GP Short Notes # 628, 10 April 2022
On 4 April 2022, the Intergovernmental Panel on Climate Change released a report titled "Climate Change 2022: Mitigation of Climate Change". The report is prepared by the Working Group III of the IPCC and is part of the IPCC Sixth Assessment Report scheduled to be released in September 2022. The UN Secretary General Antonio Guterres remarked that the latest IPCC report is "a litany of broken promises" and added that "this is not a fiction or exaggeration. It is what science tells us will result from our current energy policies. We are on a pathway to global warming of more than double the 1.5-degree limit".
Following are the key takeaways of the report. First, the growing anthropogenic GHG emissions. The net emissions have increased since 1850, courtesy the industrial revolution. Human actions have further accelerated the process and the total net anthropogenic GHG emissions have increased between 2010-19. There are clear regional and income variations contributing to GHG emissions, with 10 per cent of households with the highest per capita income contributing the largest share of global emissions.
Second, the rapid urbanization. Towns and cities have the lion’s share of increasing emissions. Redesigning the cityscape with changes in transport system- from electric private vehicles to electric public transport system, reduction of distances that must be travelled, sustainable infrastructure and smart city plans are some of the key focus areas of the report.
Third, the warnings on the rise of global average temperature. The report highlights that the world is not on the course yet, to limiting the temperature rise in accordance with the Paris Agreement.
Fourth, the emphasis on the co-existence of the SDG and mitigation efforts. The IPCC vice-chair Ramón Pichs-Madruga said: "we see that equity and just transitions can lead to deeper ambitions for accelerated climate action."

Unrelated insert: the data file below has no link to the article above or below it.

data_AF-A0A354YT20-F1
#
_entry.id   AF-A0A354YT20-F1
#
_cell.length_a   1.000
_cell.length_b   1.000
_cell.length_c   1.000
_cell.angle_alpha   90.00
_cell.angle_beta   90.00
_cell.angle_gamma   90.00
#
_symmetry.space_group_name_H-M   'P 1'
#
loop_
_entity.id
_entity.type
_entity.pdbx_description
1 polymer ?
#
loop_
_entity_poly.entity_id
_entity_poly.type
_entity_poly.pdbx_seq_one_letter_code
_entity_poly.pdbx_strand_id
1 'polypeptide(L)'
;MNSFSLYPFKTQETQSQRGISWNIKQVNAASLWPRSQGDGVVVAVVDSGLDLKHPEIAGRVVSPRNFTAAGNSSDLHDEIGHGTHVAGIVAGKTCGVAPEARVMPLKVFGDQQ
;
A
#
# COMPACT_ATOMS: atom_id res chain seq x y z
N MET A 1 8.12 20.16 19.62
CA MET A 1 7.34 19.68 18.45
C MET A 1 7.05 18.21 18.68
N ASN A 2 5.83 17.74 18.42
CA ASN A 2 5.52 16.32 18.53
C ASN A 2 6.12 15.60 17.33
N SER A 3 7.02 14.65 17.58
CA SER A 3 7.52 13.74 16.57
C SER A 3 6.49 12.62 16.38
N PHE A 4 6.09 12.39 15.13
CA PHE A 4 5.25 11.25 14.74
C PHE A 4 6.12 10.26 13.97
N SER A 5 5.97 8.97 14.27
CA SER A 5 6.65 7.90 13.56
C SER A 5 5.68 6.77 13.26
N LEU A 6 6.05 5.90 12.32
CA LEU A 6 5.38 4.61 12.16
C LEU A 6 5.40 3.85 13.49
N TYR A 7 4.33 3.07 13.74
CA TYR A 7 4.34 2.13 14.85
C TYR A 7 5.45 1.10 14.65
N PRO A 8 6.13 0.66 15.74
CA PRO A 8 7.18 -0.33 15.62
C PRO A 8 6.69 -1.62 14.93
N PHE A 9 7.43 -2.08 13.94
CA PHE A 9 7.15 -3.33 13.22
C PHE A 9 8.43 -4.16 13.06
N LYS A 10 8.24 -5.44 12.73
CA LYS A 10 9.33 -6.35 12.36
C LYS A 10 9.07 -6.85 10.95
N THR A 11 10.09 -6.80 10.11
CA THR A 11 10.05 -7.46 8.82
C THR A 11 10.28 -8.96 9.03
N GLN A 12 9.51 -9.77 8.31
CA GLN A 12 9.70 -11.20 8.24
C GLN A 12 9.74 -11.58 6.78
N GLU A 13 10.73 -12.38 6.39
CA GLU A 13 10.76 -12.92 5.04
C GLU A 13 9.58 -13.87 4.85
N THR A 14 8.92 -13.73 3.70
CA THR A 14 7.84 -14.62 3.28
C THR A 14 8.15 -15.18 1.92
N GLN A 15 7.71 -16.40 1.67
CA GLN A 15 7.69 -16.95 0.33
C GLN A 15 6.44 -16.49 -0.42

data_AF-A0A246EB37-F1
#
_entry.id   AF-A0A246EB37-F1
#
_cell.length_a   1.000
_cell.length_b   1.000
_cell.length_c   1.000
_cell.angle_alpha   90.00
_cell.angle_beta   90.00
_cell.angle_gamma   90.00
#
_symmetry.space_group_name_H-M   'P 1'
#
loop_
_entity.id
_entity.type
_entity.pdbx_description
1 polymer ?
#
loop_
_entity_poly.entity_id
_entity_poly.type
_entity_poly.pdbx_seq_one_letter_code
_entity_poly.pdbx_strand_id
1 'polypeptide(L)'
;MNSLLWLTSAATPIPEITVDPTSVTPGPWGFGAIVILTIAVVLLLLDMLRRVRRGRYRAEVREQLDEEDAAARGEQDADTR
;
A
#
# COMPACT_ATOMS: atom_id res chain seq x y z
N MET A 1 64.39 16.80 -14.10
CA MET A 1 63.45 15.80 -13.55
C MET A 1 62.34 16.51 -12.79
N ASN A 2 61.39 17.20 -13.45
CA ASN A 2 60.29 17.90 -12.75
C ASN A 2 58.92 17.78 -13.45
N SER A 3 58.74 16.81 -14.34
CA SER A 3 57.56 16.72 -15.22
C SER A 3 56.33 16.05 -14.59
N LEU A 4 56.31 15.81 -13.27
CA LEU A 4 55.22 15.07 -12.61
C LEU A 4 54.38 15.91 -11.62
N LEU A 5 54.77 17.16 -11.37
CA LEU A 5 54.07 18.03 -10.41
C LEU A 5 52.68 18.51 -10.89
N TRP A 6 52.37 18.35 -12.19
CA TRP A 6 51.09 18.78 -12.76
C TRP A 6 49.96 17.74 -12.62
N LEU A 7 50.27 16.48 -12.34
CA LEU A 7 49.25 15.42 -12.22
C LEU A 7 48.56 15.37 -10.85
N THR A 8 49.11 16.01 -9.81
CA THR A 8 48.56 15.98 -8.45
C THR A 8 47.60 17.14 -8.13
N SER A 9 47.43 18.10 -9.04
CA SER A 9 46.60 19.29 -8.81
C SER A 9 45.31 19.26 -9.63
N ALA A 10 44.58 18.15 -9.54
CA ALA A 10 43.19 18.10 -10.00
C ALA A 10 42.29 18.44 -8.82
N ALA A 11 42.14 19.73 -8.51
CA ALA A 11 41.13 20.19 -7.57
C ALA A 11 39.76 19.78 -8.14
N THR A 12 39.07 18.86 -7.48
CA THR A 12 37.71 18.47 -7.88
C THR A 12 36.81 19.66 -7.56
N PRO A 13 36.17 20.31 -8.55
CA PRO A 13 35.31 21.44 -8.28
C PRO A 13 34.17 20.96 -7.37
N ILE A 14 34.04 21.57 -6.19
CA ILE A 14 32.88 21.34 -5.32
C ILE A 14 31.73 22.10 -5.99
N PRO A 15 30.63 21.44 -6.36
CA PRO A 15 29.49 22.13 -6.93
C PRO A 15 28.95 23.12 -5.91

Fifth, the positives. The rate of growth of emissions during 2010-19 has been lower than the previous decade2000-09. The cost of producing solar and wind energy has reduced by nearly 85 per cent since 2010, though it is nowhere near to replacing the non-renewables. The report also takes a positive note on the visible climate action being undertaken in many countries. The IPCC Chair Hoesung Lee said: "there are policies, regulations and market instruments that are proving effective. If these are scaled up and applied more widely and equitably, they can support deep emission reductions and stimulate innovation."
What is the background?
First, the numerous reports on climate change. The IPCC, as an important body of the UN assessing climate change, provides a plethora of scientific data and analysis to the policymakers, helping them take necessary actions. It creates a massive ripple through the detailed "Assessment Reports" prepared by its working groups. Along with the IPCC, numerous scientific bodies and NGOs have published reports warning the governments across the world about the impending climate crisis, calling on them to undertake mitigation measures.
Second, the Sixth Assessment Report (AR6). On 9 August 2021, the Working Group I to the IPCC released a report on the physical science of the climate crisis, talking extensively about the human influence over atmosphere, ocean, cryosphere, land and biosphere at large. On 28 February 2022, the Working Group II released a report on the climate change impacts on ecosystem, human settlements, infrastructure, vulnerabilities and risks related to socio-economic development, and a detailed account of adaptation, its feasibility and limitations. The Working Group III report is third in the series of AR6
Third, the focus of ARs. The Assessment Reports have over the years evolved on the focus areas. While the AR1 released in 1990 studied climate change as a challenge demanding global solutions, the AR2 and AR3 revised the global temperature rise, rainfall and sea-level rise. The AR2 was also the first report to note the "unlikely entirely natural" temperature rise.
Fourth, the impact and response to the reports. IPCC reports have been the basis for international climate policymaking. The AR1 played a key role in the setting up of the UNFCCC, AR2 in providing a basis for the Kyoto Protocol, AR4 in working towards limiting the warming to 2 degrees, and AR5 in providing scientific backing for the Paris Agreement.
What does it mean?
First, more evidence on the Anthropocene. Compared with IPCC’s Fifth Assessment Report (AR5), the Working Group reports of the AR6 emphasises on the "unequivocal human influence" on the earth's system. This provides more impetus to already loud calls to formally recognize the end of the Holocene and the beginning of the Anthropocene epoch.
Second, prioritizing ground-level actions. For the first time, an IPCC report has included a chapter on the social aspects of climate change. The chapter titled "Demand, Services and Social Aspects of Mitigation" emphasizes the demand-side of intervention such as the use of public transport networks, energy-efficient homes, and encouraging people for using cleaner modes of cooling and movement. In other words, there is a focus on motivating people to change consumption patterns which can potentially reduce GHG emissions between 40 to 70 per cent by 2050.